Salford’s first e-scooters will take to the road from Monday 26th October as Lime deploys 300 across the city, creating a new affordable, socially distanced
and environmentally friendly transport network.

Lime, which operates e-scooter services in more than 30 countries across five continents,will launch the first phase of the scheme in partnership with The University of Salford and Transport for Greater Manchester (TfGM).

Scooters will be available across the University’s Peel Park and Frederick Road campuses to start, offering students and employees of the University an alternative transport method across campus.

The second and third phases of the scheme will see the trial expand to connect the university campus and MediaCityUK, before being rolled out to cover Ordsall and Salford city centre.

Throughout the trial, Lime e-scooters can be ridden on roads and cycle lanes, and users will be required to park them in one of the designated bays.

Geofencing technology will limit the scooters from being used outside the trial areas, and Lime will be implementing new ‘pavement detection’ technology, which will track each ride and notify users if they use the scooter on the pavement. Repeat offenders will be suspended or banned from using the service.

Lime will also help new riders get to grips with e-scooters through a series of ‘first ride academies’ that teach users how to scoot and park safely and responsibly.

Mike Brown, Director of Strategic Partnerships at The University of Salford commented:

“E-scooters are used in cities around the world and we are excited to be a key partner in the UK’s e-scooter trial. The University of Salford is the only UK University involved in a DfT approved e-scooter trial, and it’s great to be able to offer this safe, green and fun mode of transport to both students and our colleagues. We have extensive research experience and leadership in Urban Studies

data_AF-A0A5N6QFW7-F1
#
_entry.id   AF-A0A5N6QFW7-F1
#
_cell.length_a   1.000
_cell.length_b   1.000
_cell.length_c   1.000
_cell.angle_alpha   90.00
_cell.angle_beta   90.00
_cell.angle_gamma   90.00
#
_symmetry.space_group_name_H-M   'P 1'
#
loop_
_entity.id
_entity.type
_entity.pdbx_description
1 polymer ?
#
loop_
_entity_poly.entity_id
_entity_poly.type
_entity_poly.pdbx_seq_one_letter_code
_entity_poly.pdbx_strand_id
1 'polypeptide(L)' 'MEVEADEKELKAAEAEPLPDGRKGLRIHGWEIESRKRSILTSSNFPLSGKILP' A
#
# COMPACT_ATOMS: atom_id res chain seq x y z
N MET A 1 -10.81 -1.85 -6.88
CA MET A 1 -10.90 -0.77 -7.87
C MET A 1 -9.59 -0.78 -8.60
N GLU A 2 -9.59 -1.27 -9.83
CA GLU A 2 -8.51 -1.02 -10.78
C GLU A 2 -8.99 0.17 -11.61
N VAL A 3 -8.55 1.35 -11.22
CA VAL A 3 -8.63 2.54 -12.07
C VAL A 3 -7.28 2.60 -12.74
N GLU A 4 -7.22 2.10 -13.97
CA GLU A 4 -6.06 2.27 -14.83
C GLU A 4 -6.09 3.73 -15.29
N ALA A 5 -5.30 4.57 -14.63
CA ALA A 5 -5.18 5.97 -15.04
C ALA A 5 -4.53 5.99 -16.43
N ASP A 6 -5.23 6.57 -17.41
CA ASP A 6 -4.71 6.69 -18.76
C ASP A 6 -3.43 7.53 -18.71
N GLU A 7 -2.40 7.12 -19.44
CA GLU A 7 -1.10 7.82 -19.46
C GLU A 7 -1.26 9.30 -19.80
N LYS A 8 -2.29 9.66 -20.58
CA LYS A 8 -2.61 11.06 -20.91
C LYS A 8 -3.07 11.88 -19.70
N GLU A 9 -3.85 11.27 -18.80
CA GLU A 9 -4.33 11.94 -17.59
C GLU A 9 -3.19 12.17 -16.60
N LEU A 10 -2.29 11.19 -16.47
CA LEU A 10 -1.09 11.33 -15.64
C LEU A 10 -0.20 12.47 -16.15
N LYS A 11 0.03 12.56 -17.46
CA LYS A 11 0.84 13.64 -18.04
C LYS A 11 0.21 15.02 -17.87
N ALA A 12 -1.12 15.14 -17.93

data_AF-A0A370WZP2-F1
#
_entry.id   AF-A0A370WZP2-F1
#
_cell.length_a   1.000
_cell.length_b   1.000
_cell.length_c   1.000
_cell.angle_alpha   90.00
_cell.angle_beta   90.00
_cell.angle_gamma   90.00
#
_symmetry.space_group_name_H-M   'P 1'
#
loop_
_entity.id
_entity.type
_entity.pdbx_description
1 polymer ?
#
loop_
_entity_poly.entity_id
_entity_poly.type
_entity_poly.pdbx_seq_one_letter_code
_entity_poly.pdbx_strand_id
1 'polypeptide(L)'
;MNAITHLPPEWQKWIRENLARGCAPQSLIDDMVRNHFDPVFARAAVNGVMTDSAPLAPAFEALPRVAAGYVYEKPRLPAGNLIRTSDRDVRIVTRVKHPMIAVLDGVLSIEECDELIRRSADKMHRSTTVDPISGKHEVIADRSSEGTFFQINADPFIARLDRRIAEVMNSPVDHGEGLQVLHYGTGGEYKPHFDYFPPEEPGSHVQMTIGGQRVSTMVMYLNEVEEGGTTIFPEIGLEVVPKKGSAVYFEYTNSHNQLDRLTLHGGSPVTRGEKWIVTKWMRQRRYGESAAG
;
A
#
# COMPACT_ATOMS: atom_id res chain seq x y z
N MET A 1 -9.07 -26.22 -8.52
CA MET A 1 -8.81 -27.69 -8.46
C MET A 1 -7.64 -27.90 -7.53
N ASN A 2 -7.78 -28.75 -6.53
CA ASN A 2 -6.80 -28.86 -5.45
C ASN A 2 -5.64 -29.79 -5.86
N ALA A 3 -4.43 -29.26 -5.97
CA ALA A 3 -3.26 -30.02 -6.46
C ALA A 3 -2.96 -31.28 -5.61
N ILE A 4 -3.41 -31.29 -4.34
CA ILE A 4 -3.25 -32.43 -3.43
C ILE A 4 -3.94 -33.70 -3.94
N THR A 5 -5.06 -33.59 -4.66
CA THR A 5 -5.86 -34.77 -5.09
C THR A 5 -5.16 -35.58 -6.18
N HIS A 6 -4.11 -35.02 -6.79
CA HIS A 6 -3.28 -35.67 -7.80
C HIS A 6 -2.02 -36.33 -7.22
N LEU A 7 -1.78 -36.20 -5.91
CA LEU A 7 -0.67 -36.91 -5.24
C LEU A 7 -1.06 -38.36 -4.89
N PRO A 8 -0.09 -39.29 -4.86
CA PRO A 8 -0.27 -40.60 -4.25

and Mobility with this opportunity putting us at the forefront of the Future of Mobility.”

Nicola Kane, Head of Strategic Planning, Research and Innovation at TfGM said:

“We know ow people want to use e-scooters to get about and they can be a stepping stone to encouraging them to use cars less for local journeys – reducing congestion, improving connectivity with public transport hubs and making our air cleaner. This is an exciting step and we will be watching with interest.”

The e-scooters will be available via the Lime app and will cost £1 to unlock, and 15p per
minute thereafter. Students will receive a discounted rate through ‘Lime Access’ and key workers will also have access to unlimited free rides as the trial expands.

Riders must be 18 or over and have a full or a provisional driving licence, which will be validated through the app when they sign up. All riders should wear a helmet and santise their hands before and after using an e-scooter.


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